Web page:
My favorite coffee shop sells, only once a week, a baked good that I have fallen head-over-heels in love with, made with a spice that I realize I’ve underappreciated: cardamom. A warm cardamom bun, much like a cinnamon roll, that strikes a deliciously perfect balance between savory and sweet, without being too much in one corner more than the other. And, because it comes only once a week, the cardamom bun has become something that all of the store’s patrons look forward to. There are so few things that we have to actually wait for these days that it’s fun to have that anticipatory feeling, even with something as simple as a cardamom bun.
Spices are essential to any kitchen and most of us have the basics, like cinnamon, ground ginger, nutmeg, chili flakes, and a few more. Cardamom is one that I’d like to give a little closer consideration by learning more about what it is and where I can use it in my cooking. Cardamom is sweet in flavor, with hints of mint and lemony citrus in its flavor profile.
3 Things to Know About Cardamom
1. Cardamom is a sweet and savory spice that comes in two varieties: green and brown or black pods. These pods may be used whole but are often ground. The two different varieties have different tastes; green cardamom is more commonly used and tends to the sweeter side. Black cardamom tends to have a less sweet, more smoky flavor to be used in savory dishes.
2. In ancient times, cardamom was used as a breath freshener and a digestive. Pods were chewed as a way to clean teeth after a meal. I’m not sure I’m willing to go that far in my cardamom exploration. Cardamom is most often used in spice blends, such as you might find in Indian or Middle Eastern cooking, again used both as a sweet and savory element. It is also quite popular in Sweden, where it is also used for savory and sweet flavors.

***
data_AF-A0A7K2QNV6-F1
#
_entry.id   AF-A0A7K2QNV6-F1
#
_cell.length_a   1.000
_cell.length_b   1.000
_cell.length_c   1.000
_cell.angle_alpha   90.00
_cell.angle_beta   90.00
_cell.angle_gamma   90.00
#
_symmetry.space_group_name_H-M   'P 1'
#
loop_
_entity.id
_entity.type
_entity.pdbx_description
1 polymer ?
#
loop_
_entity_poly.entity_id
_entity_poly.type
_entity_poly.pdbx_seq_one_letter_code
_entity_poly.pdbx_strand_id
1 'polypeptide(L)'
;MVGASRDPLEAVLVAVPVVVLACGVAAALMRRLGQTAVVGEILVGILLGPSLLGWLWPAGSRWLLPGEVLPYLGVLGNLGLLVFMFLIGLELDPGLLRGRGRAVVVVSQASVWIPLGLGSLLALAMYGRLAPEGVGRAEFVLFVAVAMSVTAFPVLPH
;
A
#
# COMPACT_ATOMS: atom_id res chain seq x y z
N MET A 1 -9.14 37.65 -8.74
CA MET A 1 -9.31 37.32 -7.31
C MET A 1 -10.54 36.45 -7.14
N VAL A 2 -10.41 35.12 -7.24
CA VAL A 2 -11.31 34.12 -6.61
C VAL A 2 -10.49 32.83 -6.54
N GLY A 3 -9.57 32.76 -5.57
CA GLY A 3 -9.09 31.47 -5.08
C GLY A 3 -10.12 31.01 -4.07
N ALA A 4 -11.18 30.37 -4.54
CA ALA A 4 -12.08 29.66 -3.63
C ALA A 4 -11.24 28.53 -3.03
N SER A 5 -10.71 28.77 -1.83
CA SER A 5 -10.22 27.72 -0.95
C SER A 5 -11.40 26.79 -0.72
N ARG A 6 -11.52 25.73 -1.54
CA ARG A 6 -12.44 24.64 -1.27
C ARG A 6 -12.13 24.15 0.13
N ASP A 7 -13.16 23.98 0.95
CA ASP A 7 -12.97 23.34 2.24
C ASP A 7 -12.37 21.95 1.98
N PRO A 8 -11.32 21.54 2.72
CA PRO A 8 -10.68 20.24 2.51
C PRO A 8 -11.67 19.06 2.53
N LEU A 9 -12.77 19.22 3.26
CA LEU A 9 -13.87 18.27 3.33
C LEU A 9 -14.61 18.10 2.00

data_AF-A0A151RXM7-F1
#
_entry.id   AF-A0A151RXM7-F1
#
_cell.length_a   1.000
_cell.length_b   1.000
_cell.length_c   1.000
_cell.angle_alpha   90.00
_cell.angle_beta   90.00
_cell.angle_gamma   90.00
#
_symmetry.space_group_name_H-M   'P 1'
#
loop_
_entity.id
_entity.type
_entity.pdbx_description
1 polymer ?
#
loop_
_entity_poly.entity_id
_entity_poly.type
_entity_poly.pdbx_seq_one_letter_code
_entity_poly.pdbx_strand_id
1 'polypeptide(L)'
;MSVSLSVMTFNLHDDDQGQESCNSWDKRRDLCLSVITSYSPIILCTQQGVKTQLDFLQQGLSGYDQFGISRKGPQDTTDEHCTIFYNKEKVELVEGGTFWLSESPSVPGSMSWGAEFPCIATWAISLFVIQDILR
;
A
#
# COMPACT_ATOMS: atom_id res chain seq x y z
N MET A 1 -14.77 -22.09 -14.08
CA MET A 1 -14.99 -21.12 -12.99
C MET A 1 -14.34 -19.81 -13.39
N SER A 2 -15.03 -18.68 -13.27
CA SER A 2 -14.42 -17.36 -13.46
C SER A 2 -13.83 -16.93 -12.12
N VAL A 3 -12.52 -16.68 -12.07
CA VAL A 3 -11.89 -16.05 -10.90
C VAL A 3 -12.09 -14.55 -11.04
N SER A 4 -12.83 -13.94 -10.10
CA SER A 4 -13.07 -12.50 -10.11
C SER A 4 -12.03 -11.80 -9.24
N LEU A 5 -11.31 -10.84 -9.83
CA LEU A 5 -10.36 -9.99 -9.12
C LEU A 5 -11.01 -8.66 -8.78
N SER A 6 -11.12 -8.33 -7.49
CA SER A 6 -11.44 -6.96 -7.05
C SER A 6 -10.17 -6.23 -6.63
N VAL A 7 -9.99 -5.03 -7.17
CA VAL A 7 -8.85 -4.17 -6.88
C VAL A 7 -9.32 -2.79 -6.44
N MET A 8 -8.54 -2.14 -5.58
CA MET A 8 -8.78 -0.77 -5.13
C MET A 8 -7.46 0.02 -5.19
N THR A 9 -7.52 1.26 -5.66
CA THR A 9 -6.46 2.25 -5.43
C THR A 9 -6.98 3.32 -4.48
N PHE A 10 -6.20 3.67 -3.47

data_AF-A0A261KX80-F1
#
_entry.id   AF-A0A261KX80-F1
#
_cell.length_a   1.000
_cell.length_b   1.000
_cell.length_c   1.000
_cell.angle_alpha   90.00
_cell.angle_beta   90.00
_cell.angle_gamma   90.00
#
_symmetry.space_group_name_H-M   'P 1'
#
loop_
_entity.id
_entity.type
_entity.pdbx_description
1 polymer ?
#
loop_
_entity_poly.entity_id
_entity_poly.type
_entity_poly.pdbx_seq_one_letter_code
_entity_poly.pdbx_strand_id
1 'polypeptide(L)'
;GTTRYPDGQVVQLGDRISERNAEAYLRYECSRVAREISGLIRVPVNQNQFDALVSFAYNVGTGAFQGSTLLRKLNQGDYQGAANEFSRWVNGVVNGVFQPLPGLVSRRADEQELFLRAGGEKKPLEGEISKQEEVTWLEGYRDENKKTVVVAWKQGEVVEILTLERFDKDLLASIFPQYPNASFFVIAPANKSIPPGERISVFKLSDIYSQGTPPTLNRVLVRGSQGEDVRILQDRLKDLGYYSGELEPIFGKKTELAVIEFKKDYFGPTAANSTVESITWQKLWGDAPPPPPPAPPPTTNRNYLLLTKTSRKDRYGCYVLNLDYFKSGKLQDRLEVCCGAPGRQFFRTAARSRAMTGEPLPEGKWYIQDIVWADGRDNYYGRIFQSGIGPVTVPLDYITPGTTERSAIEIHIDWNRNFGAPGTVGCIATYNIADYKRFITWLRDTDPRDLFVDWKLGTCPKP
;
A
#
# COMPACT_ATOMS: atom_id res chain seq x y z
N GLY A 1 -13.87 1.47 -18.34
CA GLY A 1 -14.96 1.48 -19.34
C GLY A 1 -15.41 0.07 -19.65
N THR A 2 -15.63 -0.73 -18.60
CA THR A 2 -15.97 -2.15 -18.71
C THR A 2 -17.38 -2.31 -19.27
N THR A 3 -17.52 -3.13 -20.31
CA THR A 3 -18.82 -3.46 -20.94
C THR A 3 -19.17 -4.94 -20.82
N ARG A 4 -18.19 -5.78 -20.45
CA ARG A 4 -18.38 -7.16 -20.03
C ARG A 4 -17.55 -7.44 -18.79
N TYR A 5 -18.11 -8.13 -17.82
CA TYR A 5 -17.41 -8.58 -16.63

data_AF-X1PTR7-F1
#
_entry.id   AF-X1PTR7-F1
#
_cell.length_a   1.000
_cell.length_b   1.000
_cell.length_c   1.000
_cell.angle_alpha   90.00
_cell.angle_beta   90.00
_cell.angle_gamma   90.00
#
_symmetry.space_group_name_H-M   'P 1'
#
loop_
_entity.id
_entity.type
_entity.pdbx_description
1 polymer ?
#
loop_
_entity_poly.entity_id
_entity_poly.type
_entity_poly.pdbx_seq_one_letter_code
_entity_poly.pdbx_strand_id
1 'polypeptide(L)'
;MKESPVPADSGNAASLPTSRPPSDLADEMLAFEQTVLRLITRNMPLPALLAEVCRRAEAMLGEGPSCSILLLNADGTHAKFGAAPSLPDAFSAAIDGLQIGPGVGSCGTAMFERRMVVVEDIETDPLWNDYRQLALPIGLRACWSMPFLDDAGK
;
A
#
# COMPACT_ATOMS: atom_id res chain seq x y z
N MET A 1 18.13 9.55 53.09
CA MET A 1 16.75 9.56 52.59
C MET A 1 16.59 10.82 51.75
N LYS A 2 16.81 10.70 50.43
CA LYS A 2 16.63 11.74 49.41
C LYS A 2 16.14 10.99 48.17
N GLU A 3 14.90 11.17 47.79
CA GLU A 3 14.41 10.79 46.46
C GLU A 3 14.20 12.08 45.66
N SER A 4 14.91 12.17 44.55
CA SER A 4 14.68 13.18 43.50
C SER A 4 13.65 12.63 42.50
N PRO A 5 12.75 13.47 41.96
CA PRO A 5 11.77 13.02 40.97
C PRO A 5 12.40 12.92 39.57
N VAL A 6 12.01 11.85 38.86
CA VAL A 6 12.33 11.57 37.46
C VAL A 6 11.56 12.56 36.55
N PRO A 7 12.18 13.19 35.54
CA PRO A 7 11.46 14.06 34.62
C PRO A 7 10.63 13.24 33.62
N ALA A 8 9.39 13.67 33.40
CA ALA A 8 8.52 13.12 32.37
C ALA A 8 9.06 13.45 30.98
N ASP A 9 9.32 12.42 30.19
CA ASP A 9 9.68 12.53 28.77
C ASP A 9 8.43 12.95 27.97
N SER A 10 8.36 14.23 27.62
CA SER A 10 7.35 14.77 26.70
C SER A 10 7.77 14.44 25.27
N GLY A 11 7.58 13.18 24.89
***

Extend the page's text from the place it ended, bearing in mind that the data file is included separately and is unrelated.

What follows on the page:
3. Cardamom is one of the world’s more expensive spices. It takes a long time to grow, as long as two years before the pods can be harvested. Cardamom is labor-intensive to process. The pods are not picked using automation but rather hand-picked, making the process more expensive.
There are many ways to incorporate this delicious spice into your own home cooking and baking. Try this spice rub for your chicken, beef, even pork or lamb.
Moroccan Style Spice Rub
½ tablespoon cumin
½ tablespoon paprika
½ tablespoon coriander
1 tablespoon brown sugar
½ teaspoon cayenne
½ teaspoon nutmeg
½ teaspoon cardamom
½ teaspoon cinnamon
1 teaspoon kosher salt
½ teaspoon black pepper
Directions: Mix all of the ingredients together and generously rub over the meat of your choice.
Recipe adapted from The Black Peppercorn.SKM: below-content placeholder